On May 17, the U.S. Court of Appeals for the 9th Circuit revived a putative class action lawsuit against a national credit reporting agency for allegedly failing to follow reasonable procedures to assure maximum possible accuracy in the plaintiffs’ credit reports, in violation of the FCRA. According to the opinion, the credit reporting agency failed to delete all the accounts associated with a defunct loan servicer, despite statements claiming to have done so in January 2015. As of October 2015, 125,000 accounts from the defunct loan servicer were still being reported, and the accounts were not deleted until April 2016. A consumer filed the putative class action alleging the credit reporting agency violated the FCRA by continuing to report her past-due account, even after deleting portions of the positive payment history on the account. The district court granted summary judgment in favor of the credit reporting agency on the consumer’s claim that the credit reporting agency failed to “follow reasonable procedures to assure maximum possible accuracy” in her credit report.
On appeal, the court determined that a “reasonable jury could conclude that [the credit reporting agency]’s continued reporting of [the account], either on its own, or coupled with the deletion of portions of [the consumer’s] positive payment history on the same loan, was materially misleading.” Moreover, the appellate court noted that a jury could conclude that the credit reporting agency’s reading of the FCRA “runs a risk of error substantially greater than the risk associated with a reading that was merely careless,” and that the length of delay in implementing the decision to delete the defunct loan servicers accounts “entail[ed] ‘an unjustifiably high risk of harm that is either known or so obvious that it should be known.’”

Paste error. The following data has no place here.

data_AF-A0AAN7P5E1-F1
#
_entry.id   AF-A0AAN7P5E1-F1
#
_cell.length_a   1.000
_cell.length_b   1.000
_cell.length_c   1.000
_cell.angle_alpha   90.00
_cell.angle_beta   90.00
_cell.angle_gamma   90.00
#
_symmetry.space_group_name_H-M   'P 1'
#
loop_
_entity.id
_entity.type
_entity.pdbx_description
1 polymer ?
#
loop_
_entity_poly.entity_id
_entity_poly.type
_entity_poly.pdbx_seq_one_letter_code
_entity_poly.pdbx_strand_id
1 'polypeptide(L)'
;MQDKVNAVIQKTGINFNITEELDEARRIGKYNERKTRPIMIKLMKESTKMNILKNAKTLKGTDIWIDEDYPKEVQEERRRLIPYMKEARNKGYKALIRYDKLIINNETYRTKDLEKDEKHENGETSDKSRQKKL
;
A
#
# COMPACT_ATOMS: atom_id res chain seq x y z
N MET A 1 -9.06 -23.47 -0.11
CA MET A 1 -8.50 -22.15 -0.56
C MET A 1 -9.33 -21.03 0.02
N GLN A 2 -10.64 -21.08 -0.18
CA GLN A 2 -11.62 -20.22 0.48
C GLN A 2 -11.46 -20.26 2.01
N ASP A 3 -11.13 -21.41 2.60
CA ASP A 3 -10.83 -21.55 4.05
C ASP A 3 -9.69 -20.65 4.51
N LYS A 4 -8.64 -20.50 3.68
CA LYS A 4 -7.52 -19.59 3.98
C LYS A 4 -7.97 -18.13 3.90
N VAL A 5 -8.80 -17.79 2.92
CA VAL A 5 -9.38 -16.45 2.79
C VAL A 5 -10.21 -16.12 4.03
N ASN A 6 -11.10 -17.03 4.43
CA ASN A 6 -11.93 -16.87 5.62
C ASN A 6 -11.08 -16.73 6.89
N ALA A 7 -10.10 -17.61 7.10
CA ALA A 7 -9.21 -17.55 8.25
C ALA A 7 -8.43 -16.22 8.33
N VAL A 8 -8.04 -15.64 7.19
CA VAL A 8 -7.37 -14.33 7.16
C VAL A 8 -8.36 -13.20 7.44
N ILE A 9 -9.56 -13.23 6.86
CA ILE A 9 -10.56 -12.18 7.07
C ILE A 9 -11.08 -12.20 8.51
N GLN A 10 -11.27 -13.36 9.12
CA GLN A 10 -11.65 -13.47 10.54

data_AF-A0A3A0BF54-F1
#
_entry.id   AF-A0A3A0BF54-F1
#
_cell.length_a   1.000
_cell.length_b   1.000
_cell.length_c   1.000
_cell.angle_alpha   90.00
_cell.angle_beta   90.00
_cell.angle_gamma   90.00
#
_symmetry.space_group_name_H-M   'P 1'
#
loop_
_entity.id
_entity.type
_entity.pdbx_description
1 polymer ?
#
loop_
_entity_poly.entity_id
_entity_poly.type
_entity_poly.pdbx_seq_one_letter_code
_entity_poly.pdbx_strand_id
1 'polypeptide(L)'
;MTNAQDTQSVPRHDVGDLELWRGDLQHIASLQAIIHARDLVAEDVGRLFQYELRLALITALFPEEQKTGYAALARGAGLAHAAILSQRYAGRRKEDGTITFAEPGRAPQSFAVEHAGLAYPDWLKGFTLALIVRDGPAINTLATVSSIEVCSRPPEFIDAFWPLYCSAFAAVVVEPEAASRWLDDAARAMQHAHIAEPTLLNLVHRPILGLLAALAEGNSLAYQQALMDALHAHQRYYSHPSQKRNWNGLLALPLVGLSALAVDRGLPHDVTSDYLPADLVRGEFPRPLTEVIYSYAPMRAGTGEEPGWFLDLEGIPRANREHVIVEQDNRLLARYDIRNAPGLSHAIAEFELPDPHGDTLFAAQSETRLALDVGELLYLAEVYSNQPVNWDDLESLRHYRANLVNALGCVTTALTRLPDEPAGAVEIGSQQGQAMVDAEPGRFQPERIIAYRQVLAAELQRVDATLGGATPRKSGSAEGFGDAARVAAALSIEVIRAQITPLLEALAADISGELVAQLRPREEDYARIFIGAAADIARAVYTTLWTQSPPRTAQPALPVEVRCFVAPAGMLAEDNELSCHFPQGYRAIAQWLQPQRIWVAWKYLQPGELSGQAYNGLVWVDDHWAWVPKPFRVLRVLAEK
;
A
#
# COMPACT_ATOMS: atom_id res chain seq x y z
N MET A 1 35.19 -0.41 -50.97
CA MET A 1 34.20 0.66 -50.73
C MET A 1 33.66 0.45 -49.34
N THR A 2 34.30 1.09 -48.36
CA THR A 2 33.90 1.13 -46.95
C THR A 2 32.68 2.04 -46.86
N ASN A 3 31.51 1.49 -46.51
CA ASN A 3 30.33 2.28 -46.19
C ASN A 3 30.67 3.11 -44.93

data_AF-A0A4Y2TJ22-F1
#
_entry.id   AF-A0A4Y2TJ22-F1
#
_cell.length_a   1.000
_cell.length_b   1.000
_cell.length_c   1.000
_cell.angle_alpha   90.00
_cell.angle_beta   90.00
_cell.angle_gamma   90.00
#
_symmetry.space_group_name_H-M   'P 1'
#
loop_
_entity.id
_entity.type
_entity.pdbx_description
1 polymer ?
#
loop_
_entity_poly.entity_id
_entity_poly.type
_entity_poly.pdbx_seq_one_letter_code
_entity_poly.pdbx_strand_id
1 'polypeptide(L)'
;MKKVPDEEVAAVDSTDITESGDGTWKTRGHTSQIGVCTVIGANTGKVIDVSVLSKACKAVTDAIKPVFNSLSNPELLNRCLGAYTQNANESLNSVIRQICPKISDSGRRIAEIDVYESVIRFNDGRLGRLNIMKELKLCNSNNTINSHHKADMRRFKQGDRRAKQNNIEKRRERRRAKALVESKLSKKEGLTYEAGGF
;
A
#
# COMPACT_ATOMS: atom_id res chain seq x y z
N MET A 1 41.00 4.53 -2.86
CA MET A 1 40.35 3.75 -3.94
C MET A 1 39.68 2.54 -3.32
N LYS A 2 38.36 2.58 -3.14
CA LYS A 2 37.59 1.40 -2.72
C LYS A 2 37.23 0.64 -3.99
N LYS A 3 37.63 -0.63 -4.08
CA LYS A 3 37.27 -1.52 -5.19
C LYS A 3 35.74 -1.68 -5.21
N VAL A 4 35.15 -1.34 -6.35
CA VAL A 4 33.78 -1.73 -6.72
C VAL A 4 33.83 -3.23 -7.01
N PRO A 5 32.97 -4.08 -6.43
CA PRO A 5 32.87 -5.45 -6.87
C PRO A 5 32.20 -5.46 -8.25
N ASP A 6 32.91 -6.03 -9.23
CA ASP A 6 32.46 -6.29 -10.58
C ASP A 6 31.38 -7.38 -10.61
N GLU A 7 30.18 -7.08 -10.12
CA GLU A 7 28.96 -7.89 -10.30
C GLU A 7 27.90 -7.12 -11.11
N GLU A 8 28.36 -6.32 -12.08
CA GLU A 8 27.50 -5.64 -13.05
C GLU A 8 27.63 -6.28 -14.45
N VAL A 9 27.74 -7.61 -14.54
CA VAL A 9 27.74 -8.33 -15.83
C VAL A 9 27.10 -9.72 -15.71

On May 15, the U.S. Court of Appeals for the 7th Circuit held a prevailing consumer’s request for $187,410 in attorney’s fees was unreasonable in a FDCPA action. In 2014, the consumer and a debt collector settled the consumer’s FDCPA related claims for $1,001 plus attorney’s fees of $4,500. Despite the settlement agreement, the debt collector continued to attempt to collect the debt, and the consumer sued a second time alleging violations of the FDCPA and FCRA. The consumer did not respond to multiple settlement offers from the debt collector, including one in March 2015 for $3,051, proceeding to trial on the FDCPA claim, and subsequently rejected a settlement offer from the debt collector of $25,000 and reasonable attorney’s fees. At trial, the jury only awarded the consumer the $1,000 in FDCPA statutory damages, after which he sought to recover $187,410 in attorney’s fees. The district court reduced his request to $10,875, concluding that the consumer’s rejection of “meaningful settlement offers precluded a fee award in such disproportion to his trial recovery.”
On appeal, the appellate court agreed with the district court that the March 2015 settlement offer of $3,051 was reasonable, rejecting the consumer’s argument that the settlement “was not substantial and therefore should have been disregarded by the district court in determining the fee award.” The appellate court also rejected the consumer’s argument that because the settlement offer disclaimed liability for the debt collector, his results at the jury trial were much better than the settlement as it yielded judgment on the merits. The appellate court noted that settlement offers regularly disclaim liability, and by operation, judgment against the debt collector would still have been entered under Rule 68. Therefore, the appellate court concluded the district court did not abuse its discretion when reducing the attorney’s fees to $10,875 based on 29 hours’ worth of work at an hourly rate of $375 prior to the March 2015 settlement offer.